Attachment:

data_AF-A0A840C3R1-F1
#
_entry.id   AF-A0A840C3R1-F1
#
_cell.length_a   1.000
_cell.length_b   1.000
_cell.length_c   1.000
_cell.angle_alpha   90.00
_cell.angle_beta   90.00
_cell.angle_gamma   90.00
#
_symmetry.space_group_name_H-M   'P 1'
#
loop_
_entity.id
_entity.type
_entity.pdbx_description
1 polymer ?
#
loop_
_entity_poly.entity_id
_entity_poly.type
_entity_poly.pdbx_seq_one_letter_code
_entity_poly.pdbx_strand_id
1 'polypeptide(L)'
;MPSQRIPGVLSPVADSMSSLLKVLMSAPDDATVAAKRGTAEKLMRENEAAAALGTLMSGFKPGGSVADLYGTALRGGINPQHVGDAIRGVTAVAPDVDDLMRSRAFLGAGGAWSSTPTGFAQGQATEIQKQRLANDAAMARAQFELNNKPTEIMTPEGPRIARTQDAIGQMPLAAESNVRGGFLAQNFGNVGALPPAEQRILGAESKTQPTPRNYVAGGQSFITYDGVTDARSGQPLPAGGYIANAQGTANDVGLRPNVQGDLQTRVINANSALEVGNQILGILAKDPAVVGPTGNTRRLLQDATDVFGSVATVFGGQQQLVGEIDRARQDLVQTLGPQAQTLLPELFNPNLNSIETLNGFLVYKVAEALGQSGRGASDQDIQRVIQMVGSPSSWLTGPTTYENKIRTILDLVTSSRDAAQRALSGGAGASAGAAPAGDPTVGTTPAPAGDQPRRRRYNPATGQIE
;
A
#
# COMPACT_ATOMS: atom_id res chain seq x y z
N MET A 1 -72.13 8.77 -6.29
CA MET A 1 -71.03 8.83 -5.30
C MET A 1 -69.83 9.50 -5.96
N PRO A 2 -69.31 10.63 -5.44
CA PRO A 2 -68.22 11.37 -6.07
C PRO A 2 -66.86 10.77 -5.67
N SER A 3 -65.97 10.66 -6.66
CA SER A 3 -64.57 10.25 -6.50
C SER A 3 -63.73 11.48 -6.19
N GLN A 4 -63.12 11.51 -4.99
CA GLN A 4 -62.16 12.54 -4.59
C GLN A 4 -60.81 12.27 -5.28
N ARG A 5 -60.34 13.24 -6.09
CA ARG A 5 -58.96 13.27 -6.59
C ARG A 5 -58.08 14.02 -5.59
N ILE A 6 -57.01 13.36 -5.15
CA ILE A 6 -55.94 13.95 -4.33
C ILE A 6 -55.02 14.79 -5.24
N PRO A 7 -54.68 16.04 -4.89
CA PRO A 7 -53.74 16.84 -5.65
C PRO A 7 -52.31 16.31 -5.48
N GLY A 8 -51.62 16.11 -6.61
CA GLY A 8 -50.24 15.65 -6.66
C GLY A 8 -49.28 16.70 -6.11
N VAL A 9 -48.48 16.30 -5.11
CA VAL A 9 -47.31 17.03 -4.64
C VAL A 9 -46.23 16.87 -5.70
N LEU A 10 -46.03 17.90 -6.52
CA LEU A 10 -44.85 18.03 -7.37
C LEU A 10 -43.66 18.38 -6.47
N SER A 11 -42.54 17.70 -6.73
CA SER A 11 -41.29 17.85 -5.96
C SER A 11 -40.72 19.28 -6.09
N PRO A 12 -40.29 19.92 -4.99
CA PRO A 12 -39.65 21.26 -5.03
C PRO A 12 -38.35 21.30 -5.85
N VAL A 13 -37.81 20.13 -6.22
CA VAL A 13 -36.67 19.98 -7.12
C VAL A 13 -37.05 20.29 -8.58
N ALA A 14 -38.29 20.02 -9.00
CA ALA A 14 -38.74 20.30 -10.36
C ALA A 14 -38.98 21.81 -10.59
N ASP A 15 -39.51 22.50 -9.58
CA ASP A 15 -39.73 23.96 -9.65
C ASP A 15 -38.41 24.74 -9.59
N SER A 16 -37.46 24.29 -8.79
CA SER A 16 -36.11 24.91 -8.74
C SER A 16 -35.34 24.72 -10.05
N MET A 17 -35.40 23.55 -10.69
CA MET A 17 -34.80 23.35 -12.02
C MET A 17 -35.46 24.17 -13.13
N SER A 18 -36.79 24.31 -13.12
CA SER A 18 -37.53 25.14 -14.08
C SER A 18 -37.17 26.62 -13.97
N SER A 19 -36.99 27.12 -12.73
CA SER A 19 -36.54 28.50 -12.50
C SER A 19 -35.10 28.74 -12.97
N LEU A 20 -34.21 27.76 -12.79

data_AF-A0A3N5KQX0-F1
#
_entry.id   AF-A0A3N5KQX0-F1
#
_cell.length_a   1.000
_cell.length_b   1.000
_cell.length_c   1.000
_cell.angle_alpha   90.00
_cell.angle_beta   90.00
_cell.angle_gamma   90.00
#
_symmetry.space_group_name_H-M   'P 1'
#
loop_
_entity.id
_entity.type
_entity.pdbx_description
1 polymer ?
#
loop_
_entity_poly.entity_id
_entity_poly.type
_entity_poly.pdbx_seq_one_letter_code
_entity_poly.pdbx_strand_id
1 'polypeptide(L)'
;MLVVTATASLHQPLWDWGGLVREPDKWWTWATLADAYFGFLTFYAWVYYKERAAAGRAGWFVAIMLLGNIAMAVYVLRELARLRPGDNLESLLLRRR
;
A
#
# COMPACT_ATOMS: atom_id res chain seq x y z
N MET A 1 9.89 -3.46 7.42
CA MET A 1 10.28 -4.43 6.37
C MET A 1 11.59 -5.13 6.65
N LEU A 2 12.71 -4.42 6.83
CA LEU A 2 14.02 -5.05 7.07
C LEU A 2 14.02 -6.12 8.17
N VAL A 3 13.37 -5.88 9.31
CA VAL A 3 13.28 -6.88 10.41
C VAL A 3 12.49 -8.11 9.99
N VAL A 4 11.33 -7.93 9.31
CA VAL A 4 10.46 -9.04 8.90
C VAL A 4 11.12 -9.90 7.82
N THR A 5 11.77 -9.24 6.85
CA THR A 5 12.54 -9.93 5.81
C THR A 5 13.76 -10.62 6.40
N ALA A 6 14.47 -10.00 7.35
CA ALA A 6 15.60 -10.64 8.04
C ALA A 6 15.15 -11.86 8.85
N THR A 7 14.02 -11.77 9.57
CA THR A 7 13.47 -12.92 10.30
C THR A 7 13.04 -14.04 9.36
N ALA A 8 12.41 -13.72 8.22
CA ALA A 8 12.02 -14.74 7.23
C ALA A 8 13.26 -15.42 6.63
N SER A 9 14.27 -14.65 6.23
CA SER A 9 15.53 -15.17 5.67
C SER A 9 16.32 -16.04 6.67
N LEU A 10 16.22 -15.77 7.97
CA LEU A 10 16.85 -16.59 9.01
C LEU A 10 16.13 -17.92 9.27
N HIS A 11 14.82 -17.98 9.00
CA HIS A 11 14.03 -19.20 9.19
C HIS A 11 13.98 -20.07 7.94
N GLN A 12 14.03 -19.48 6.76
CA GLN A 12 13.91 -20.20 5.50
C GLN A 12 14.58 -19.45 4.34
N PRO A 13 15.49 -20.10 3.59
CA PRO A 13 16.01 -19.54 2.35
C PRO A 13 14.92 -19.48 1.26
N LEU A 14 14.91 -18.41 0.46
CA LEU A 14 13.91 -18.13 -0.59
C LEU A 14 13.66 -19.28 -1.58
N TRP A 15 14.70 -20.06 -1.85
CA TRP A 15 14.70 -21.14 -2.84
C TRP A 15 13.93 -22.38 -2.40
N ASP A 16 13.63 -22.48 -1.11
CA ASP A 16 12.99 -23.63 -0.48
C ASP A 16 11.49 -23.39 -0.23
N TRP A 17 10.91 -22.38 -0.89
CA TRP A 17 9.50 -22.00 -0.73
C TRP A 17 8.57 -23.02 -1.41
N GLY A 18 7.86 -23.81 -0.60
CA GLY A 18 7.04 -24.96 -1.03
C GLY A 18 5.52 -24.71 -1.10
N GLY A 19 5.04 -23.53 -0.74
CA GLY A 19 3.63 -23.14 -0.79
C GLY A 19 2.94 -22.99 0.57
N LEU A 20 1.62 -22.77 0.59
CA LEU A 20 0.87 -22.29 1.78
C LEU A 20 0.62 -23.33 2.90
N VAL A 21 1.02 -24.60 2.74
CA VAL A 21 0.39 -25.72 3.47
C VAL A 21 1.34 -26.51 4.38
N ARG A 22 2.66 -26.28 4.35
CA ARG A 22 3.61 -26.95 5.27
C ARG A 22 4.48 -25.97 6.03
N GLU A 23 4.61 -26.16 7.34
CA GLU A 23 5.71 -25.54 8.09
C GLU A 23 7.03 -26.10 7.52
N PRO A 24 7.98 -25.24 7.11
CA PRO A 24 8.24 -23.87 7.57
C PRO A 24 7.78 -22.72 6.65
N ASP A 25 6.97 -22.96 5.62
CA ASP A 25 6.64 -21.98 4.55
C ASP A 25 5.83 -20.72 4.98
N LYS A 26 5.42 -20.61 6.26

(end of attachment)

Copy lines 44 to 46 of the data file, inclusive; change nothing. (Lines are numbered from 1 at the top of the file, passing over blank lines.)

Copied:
CA ARG A 5 -58.96 13.27 -6.59
C ARG A 5 -58.08 14.02 -5.59
N ILE A 6 -57.01 13.36 -5.15